Fun fact: 100-200x more radiation comes out of coal plant stacks than out of a typical nuclear power plant. Why? Because natural uranium and thorium minerals and their decay products exist in coal. Throwing them up in the air to be inhaled causes much more dose than a nuclear plant . Crazy!
And here’s my favorite part. Just a few months ago, James Hansen (the climate scientist from NASA who initiated the uproar about climate change decades ago) published a peer-reviewed journal paper [see 14] concluding that nuclear energy has saved a net of 1.8 million lives that would have been lost if fossil plants had been built instead.
"Low-ball health predictions after nuclear accidents are not reliable. The 2005 IAEA/WHO Chernobyl health report has been discredited for suppressing key data to justify low death predictions that do not stand up to scientific scrutiny. Furthermore, the IAEA has a mandate to promote nuclear technology. Given the long latency period of cancers caused by radiation exposure, it is too soon to accurately predict the ultimate health impacts from the Fukushima nuclear disaster, although some health effects are already being observed. "
That’s a bold statement considering the number of WHO, UN, and IAEA studies that say to the contrary. You have to run a pretty serious conspiracy theory to maintain this belief. For Chernobyl specifically, there has been a huge amount of study on the radiation effects. A even-more-recent-than-cited United Nations study (2008) says that 68 people died from radiation from Chernobyl , and that "the vast majority of the population need not live in fear of serious health consequences from the Chernobyl accident". The controversy on Chernobyl death tolls is also discussed at length . For instance, Greenpeace claims 93,000 fatalities from the radiation. The Chernobyl reactor did not have a containment structure, so much more radiation was emitted than from Fukushima. Regardless, these accidents unquestionably have major psychological effects and it is the responsibility of reactor designers, owners, operators, and regulators to prevent such horrible events from happening in the future. The personal terror that was brought by Chernobyl is featured on our exclusive Chernobyl memories page.
"The example of Germany — and numerous studies — demonstrates that both coal and nuclear can be phased out in favor of renewable energy. Jobs are more plentiful and enduring in the renewable sector. In Germany, renewable energy already employs 380,000 people compared to 30,000 in the nuclear sector."
This may be true. But how quickly? And to what sacrifice? Someday we may be totally solar powered with environmentally friendly collectors and energy storage systems. But it is not this day. This day we need to use all the tools we have, including nuclear. The fact that renewables can employ more people is not necessarily a good thing. For instance, in the 16th century, 75% of people worked in agriculture. So should we go back to that? Since nuclear is so energy dense, you can get lots of energy with a small footprint, leaving more people to solve other problems of the world. In 2011, renewables and nuclear generated the same amount of electricity in Germany , so apparently 30,000 people accomplished the same things as 380,000. I understand jobs are a big deal in this economy, but this isn’t really a very good point.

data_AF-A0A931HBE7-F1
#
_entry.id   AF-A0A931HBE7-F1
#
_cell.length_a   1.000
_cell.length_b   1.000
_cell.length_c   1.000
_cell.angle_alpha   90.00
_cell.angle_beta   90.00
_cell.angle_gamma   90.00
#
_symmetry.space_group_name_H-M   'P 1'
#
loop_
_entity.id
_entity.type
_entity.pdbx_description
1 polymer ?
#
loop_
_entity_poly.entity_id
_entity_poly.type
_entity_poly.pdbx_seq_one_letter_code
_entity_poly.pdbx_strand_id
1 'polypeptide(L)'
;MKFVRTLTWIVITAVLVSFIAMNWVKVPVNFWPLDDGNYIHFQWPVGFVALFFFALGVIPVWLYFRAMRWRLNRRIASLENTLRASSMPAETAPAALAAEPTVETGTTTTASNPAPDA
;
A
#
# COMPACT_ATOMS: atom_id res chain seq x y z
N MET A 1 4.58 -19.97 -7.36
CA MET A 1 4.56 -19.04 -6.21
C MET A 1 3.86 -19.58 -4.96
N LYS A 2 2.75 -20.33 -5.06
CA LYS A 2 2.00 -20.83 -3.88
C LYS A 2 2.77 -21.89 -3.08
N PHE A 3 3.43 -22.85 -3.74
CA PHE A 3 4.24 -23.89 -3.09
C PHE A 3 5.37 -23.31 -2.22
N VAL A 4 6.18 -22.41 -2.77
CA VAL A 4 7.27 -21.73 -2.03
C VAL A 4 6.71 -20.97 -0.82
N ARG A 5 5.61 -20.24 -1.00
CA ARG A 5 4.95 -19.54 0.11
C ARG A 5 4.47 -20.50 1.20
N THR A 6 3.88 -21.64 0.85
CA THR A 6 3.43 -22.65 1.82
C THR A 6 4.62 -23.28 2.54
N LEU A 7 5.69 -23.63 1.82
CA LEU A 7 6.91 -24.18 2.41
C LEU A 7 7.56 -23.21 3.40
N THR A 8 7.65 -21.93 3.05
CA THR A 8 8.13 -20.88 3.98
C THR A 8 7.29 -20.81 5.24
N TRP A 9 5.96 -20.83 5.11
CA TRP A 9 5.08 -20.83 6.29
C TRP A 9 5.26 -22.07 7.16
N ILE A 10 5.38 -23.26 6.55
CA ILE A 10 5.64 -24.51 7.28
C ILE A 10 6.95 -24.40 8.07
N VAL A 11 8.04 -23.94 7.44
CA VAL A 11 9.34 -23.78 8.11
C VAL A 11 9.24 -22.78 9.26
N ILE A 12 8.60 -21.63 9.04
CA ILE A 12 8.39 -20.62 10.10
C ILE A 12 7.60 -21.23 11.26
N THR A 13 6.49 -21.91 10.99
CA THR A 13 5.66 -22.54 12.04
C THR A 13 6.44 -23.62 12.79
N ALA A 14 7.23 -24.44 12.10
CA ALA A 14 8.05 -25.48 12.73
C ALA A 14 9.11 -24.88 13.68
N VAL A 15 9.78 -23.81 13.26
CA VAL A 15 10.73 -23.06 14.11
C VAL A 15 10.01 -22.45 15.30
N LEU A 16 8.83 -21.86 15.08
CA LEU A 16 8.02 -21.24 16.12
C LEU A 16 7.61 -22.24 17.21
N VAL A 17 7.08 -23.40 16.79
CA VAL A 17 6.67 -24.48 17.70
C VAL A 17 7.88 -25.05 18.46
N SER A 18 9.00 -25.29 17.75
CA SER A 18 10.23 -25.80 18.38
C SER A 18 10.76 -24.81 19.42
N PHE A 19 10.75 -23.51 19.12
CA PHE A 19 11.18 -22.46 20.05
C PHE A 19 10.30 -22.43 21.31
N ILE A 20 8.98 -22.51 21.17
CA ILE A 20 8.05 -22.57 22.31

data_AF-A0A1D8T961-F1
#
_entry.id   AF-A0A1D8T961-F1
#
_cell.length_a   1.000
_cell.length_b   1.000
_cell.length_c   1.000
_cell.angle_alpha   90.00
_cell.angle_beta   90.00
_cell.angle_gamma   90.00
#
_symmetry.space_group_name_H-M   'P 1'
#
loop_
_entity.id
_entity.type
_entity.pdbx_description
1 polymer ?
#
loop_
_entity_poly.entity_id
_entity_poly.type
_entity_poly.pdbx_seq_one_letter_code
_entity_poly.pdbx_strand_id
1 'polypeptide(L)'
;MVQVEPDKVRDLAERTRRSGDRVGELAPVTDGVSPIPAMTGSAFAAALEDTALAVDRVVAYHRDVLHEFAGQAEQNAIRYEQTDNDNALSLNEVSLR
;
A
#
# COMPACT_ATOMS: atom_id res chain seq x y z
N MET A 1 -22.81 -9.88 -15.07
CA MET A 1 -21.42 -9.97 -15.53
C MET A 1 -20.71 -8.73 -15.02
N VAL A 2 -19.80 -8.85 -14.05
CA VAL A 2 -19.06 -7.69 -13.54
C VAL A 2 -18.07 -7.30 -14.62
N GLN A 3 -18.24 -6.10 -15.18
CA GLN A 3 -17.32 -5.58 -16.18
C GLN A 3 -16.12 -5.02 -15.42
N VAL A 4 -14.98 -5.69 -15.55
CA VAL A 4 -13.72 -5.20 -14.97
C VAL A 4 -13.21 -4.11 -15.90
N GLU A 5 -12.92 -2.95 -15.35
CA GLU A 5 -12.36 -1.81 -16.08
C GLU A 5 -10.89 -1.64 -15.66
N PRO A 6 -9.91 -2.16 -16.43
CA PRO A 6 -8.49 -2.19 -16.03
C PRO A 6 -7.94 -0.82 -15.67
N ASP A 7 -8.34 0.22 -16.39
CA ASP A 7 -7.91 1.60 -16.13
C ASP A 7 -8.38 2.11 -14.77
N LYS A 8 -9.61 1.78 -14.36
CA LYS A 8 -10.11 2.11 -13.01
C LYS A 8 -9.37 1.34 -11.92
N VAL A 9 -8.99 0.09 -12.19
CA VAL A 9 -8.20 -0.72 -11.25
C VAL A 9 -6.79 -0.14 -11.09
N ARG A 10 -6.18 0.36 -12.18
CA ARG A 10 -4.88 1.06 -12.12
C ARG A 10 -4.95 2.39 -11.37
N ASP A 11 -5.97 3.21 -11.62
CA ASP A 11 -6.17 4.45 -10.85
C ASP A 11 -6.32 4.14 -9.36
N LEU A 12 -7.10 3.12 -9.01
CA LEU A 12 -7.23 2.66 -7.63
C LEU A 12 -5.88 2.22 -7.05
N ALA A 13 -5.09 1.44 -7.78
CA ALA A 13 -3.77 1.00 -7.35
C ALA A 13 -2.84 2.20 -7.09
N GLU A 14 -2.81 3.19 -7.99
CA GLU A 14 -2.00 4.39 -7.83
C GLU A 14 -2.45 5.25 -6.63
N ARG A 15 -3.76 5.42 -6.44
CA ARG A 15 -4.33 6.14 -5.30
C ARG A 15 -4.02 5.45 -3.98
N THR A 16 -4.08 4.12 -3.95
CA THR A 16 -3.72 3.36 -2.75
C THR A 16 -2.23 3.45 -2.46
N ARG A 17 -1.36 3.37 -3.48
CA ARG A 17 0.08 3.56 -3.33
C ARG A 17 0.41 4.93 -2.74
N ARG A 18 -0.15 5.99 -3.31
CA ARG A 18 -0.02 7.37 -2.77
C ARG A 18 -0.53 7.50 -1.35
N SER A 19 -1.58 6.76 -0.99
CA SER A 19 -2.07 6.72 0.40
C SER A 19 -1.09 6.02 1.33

And, about Germany; it might be wise to read this article [wsj.com]. tl;dr is that the solar panels in Germany will make power at 32 cents/kwh while the behind-schedule and over-budget nuclear power plant being built in Finland will produce power at 7 cents/kwh.
"The argument that only nuclear provides ‘carbon-free,’ base load energy is out of date. Geothermal and offshore wind energy are capable of delivering reliable base load power with a smaller carbon footprint than nuclear energy. Energy efficiency is also an essential component in displacing nuclear and coal."
Hydro is also fantastic carbon-free base load, but I guess it’s not mentioned because it is very hard to expand these days since most good waterways are already dammed and river ecology is not renewable . Geothermal and offshore wind are totally cool, but they only work in certain areas. So I guess nuclear is the only expandable carbon-free proven flexible base load generation technology. And efficiency is great. But India and China are the big energy gainers, and while efficiency can help keep their growth lower, it will not prevent their growth. Mark my words. Hey! A proper use of quotation marks this time. Love it.
Nick Touran has a Ph.D. in nuclear engineering from the University of Michigan. He works as a reactor physicist at a nuclear-power startup company in Seattle, WA that is developing advanced nuclear reactors to help with the world’s energy problems. whatisnuclear.com was started by him and classmates years ago back in school and neither this page nor the site are affiliated with his workplace in any way.